The other thing I would add is the fragmentation of the industry. If you think about how other industries – almost every other industry in the U.S. – if you look at what percent of the industry accounts for X percent of all the activity that happens in that industry, and it gives you a measure of its concentration. And it turns out that healthcare, both the demand side – meaning patients and purchasers, like health plans and employers – is very fragmented. And then the supply side – providers, first and foremost, and hospitals – is extremely fragmented as well.

That's a market impediment. But I think that dynamic has changed.

Q: Why, and how so?

A: Meaningful use was obviously a big driver in changing that. To me, the one market player that's the counterexample to everything I was just saying is Medicare and Medicaid. Leave aside that they happen to be owned by the government – they're big health insurers, and they're the only ones who are big enough to move the market. That's true for ICD-10, it's true for CPT codes, it's true for every other thing in healthcare. Medicare and Medicaid tend to be huge drivers because they're so big in the market, not because they're the government, necessarily.

And so when they started to embark on MU, and said, when you start doing this stuff, we'll give you an incentive to do it, they like Walmart are so big in the industry that all of a sudden it started to move the industry in a new direction. That was the incentive to change the way people start thinking about this. Everyone starts to have EHRs, which is essential to interoperability: You can't talk on telephones if everyone doesn't have a telephone.

Meaningful use Stage 1 completely changed that. Within a span of three to four years you (go from) 10 to 15 percent of physicians on EHRs to approaching 70 percent of them having EHRs.

Accountable care is starting to create this culture where, if you do that extra MRI, the ACO is going to be on your back saying, 'Wait a minute, that was actually available in one of our partner hospitals, and you should have known that before ordering that expensive test.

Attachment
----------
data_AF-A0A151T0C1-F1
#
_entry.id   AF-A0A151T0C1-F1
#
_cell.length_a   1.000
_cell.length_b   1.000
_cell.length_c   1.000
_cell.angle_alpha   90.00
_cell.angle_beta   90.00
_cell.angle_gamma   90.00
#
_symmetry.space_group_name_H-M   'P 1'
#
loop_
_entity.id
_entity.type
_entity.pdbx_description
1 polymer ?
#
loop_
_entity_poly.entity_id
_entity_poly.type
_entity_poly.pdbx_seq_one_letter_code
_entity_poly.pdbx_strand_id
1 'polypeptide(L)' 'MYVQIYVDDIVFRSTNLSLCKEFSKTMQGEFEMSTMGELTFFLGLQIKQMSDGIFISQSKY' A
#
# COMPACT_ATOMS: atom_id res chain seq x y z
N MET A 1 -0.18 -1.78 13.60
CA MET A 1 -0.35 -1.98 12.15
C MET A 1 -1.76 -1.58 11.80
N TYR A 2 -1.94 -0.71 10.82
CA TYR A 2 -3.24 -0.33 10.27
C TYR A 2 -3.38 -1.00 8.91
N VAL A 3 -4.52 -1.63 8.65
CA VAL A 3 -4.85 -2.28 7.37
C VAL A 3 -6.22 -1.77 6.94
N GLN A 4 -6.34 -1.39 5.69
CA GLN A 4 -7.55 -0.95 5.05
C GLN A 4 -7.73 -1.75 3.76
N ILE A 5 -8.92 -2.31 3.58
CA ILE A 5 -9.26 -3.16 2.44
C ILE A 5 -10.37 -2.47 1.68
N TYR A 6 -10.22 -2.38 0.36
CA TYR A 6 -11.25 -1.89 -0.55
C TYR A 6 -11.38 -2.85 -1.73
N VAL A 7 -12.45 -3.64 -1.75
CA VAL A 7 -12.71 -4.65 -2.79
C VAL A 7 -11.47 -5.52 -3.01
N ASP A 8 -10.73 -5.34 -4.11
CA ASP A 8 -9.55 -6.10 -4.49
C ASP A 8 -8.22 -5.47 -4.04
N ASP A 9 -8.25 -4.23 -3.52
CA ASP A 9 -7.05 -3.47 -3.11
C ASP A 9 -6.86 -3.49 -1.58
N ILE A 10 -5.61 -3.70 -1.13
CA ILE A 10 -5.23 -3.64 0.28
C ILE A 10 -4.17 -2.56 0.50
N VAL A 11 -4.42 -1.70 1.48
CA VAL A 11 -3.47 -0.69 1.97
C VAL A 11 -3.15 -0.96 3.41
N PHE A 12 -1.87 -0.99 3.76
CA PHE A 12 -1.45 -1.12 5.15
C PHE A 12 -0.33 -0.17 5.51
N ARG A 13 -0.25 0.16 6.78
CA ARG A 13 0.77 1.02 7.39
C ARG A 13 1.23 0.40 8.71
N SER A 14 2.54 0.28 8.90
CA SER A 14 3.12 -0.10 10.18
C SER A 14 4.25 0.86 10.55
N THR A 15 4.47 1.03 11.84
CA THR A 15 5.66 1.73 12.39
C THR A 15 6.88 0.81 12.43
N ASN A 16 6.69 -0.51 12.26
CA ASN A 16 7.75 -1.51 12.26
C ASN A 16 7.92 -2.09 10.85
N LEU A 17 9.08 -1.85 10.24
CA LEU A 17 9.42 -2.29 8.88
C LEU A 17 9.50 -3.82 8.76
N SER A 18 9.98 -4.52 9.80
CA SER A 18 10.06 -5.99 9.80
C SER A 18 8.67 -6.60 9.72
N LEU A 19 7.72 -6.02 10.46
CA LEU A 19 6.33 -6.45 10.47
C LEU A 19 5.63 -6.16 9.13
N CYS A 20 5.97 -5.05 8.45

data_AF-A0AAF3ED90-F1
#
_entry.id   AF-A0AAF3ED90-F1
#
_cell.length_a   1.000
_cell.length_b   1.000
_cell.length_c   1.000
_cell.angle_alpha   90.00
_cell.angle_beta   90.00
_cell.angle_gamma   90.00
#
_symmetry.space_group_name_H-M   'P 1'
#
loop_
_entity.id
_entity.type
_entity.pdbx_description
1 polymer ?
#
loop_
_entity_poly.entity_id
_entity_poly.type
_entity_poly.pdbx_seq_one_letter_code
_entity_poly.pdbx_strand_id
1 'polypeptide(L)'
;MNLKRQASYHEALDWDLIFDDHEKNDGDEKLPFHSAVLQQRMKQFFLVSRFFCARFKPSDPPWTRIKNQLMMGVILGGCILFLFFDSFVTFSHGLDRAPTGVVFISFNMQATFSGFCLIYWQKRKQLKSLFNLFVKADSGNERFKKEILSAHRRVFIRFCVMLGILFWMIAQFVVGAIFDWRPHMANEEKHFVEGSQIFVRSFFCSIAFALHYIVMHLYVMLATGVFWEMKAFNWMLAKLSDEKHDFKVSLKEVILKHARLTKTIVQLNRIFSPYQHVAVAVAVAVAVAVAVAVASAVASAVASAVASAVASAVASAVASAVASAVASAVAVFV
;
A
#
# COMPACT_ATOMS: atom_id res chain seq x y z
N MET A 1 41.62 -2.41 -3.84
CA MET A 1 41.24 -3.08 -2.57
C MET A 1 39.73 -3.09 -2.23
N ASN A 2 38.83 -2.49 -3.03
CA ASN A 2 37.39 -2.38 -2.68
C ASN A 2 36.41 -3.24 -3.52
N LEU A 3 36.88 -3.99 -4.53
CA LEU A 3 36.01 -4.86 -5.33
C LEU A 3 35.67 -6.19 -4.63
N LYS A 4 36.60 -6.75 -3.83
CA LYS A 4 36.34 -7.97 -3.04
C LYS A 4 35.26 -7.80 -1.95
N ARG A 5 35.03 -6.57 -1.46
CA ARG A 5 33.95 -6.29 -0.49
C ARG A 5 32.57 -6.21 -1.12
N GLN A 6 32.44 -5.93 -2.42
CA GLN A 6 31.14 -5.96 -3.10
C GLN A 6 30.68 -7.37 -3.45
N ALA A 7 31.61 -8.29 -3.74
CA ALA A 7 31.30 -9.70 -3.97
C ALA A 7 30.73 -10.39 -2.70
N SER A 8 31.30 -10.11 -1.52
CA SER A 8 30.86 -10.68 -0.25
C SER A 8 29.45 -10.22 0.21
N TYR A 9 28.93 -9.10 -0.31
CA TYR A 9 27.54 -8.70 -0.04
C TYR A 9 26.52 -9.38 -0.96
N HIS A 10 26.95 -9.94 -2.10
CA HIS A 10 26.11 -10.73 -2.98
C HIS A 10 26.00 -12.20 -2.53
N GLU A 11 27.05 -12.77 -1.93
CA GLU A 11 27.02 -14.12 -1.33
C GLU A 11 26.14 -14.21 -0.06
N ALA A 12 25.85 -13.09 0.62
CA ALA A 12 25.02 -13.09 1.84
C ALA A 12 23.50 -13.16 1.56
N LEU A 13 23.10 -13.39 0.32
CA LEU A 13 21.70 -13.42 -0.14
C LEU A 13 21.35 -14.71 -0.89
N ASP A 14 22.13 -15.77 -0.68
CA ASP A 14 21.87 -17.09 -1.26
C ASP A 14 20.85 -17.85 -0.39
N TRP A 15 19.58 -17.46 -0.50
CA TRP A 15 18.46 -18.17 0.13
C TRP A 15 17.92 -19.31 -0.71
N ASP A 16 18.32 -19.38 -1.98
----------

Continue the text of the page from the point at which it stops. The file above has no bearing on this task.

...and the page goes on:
It's not widely penetrated across the entire market, but I think in certain markets it's starting to change the way providers think about those purchase decisions. And that leads to demand for health information exchange. We're starting to see more and more organizations saying, 'I can't possibly meet this risk contract. I'm bearing the risk of costs being greater than a certain amount, if I don't have the ability to first off have information, which requires interoperability, and second the ability to act on it.'

Q: Maybe we should take some satisfaction of where we are today, then.

A: I think the HIE story is a really good story now. Not because we've accomplished more. If I look back on my 2004 self, I would have thought that in 10 years we'd be further along than we are now. On the other hand, I guess I feel really good about it because I think a lot of what happened, especially with the HITECH dollars.

If you give people money – we had $50 million for our pilot projects, CMS giving $25 to $30 billion – we can throw money at it, buy technology for people, put it in their offices, and then find that they still don't do it because there are so many barriers to it: cultural, legal, policy barriers – and workflow barriers.

If you look at how innovation happens in any industry, it often starts with product innovation, where people have fancy, cool new toys that get put out in the market. But there's been a lag: a bump up in product innovation – and then there's this real lull because process innovation has to take over to really incorporate those new products. We're seeing that in healthcare.